With the confirmation that my leveling method was sound, I finished mounting all eight pairs of slides onto the cabinet frame and then moved on to making the drawers. I didn’t have a clear plan, but figured I’d wing it a bit as I built the first one and then if it was successful I’d replicate it three times. Working with the piece of plywood with the slides attached as the bottom, first I added sides. I cut two narrow pieces of wood the exact length as the depth of the plywood (22″), about 3″ high (a random height I picked).
My goal was to have all the screws hidden, so I clamped the first side piece to the plywood:
And then flipped it over to drill screws into it from below:
I repeated that process for the second side, which left me with two sides and no visible screws.
Next I added a back by cutting a strip of wood the exact height as the side pieces and the right length to fit between the sides. I clamped that in place:
And then drove screws in from either side:
Even though these screws are on the outside of the frame, I knew they wouldn’t be visible once they were mounted because they’re all the very back of the drawers and wouldn’t quite clear the cabinet frame even when the drawers are pulled all the way out.
Finally it was time to attach the front. I cut another piece the same height as the sides and back, but long enough to span the whole front of the plywood bottom (across the fronts of the side pieces, not between them like the back piece). Before attaching it, I used my kreg jig to drill pocket holes on the bottom of the drawer, which would allow me to attach the front to the bottom without visible screws (more about how much I love my kreg jig in my post about the mid-century dresser I built).
Then I flipped the drawer upside-down, and clamped the front piece in place:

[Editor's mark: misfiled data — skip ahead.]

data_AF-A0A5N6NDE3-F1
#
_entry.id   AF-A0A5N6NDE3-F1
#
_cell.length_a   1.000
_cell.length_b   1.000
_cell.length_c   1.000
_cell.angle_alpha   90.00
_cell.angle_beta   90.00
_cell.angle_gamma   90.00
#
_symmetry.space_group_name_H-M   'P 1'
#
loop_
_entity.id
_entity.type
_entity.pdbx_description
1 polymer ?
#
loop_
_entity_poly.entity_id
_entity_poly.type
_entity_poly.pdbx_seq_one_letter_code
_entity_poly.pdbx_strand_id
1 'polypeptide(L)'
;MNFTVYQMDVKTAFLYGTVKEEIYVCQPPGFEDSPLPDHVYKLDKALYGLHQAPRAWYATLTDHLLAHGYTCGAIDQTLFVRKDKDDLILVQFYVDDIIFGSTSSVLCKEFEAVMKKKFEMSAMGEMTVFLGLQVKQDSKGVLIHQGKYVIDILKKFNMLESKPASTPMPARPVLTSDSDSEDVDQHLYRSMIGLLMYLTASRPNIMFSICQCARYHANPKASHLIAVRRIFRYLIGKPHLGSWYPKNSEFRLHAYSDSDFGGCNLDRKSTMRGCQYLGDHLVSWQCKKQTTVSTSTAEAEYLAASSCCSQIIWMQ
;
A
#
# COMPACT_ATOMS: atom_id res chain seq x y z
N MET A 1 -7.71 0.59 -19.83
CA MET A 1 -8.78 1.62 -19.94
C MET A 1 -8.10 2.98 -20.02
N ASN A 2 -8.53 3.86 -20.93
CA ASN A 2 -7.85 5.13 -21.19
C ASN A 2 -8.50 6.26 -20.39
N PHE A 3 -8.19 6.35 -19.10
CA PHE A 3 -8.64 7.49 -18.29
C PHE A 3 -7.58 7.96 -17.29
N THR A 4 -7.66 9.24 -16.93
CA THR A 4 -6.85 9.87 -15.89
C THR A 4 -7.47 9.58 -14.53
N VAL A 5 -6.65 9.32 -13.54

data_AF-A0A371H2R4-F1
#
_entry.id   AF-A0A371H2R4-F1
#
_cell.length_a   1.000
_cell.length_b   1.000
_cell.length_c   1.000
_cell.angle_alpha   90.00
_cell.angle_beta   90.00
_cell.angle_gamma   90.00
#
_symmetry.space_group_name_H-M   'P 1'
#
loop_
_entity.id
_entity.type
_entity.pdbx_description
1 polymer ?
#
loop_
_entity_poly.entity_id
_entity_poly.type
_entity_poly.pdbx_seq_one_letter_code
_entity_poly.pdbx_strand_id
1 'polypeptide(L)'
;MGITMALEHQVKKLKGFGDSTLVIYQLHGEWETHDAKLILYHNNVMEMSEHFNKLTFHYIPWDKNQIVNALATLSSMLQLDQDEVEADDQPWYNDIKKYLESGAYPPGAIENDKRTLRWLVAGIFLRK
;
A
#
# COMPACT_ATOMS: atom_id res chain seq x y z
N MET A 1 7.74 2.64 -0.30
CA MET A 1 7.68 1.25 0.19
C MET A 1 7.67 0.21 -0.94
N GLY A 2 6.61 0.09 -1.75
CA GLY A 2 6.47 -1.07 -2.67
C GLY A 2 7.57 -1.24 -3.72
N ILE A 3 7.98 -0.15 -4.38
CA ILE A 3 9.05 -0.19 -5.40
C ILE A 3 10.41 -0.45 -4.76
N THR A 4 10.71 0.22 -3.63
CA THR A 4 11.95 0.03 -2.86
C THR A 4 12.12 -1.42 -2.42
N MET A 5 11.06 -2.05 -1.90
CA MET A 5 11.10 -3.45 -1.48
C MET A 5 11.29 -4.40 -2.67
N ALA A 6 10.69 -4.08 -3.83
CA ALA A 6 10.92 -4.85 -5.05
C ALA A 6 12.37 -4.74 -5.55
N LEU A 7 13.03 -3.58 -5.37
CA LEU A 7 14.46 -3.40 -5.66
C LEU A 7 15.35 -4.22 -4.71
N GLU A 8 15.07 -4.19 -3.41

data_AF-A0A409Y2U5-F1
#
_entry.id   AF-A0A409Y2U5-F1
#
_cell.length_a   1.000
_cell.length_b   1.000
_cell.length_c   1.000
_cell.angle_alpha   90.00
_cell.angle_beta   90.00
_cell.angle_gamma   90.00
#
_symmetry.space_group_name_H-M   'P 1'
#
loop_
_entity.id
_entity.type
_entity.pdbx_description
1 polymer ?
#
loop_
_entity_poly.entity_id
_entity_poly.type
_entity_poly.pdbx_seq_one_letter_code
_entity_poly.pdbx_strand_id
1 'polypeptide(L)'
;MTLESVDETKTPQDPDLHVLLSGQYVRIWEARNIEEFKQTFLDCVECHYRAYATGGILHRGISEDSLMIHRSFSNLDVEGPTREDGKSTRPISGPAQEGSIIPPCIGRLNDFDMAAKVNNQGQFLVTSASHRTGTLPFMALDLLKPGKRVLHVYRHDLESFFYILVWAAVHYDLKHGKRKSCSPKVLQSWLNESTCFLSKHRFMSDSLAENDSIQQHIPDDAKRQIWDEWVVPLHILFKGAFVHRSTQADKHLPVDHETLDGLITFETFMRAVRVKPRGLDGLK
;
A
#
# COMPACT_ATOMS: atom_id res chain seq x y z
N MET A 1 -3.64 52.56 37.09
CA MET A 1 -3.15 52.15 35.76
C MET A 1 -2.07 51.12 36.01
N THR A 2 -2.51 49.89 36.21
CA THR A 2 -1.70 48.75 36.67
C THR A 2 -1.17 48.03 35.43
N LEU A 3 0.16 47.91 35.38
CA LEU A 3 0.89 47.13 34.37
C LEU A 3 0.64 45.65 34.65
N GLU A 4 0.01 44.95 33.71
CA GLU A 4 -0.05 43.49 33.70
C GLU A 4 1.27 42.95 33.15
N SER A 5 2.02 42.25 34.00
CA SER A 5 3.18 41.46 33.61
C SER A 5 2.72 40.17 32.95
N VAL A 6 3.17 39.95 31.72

That let me drive the screws in through the pocket holes nice and tight:
And voila! I intentionally cut the front piece to the same height as the side pieces knowing it would actually appear shorter — because it rests in front of the plywood bottom not on top like the sides do — since I thought having it a bit lower in the front would make it easier to take things in and out.
However, it of course still looked relatively unfinished. It’s amazing what sanding can do, though. Here’s the corner where the front meets the sides pre-sanding:
And here it is after I sanded the whole thing down and round the edges with my orbital sander:
I repeated this process three times, and then slid all four drawers into place! I was lucky because the pantry frame my dad designed was pretty level and square, so I didn’t need to tweak the dimensions of any of the drawers. I did verify that for each drawer though by mounting the slides on each new drawer bottom and bringing it up to test that it slid in and out easily before I built the rest of the drawer — I didn’t want to go through the work of attaching the sides, front, and back only to realize that the bottom needed to be shaved down a little.
The final step was to bring everything back into the kitchen from the basement and guest room plus take everything out of every drawer and cabinet to begin the Great Reorganizing Effort. It got worse before it got better.
But thanks to the sliding shelves — which hold so much but make it all so easy to access — I was able to get every single thing put away in a logical place. The drawer slides say they can hold 100 pounds of weight even when fully extended, so I wasn’t shy about loading them up. Still, I put our heaviest items (a bunch of appliances, including our stand mixer) on the bottom fixed shelf. Because these are just a few big items rather than a bunch of small items, I figured it’s easy to go rifling through those without needing to slide the whole shelf out, unlike with things like baking supplies where something is certain to get lost if we can’t look at the full drawer pulled out.
The total cost for me was just $65 for the drawer slides because I was able to use wood I already had for the drawers, but if you’re doing this and don’t have scrap wood then you should add another $50 for a nice 4’x8′ sheet of plywood (I like birch or red oak) and of course more for drawer slides if you want to make more than 4 drawers.
Of course ultimately my dad and I will make pantry doors and all the shelving will be hidden, but I’m in no rush — for now no doors just means it’s just easier for me to stare lovingly at my new drawers!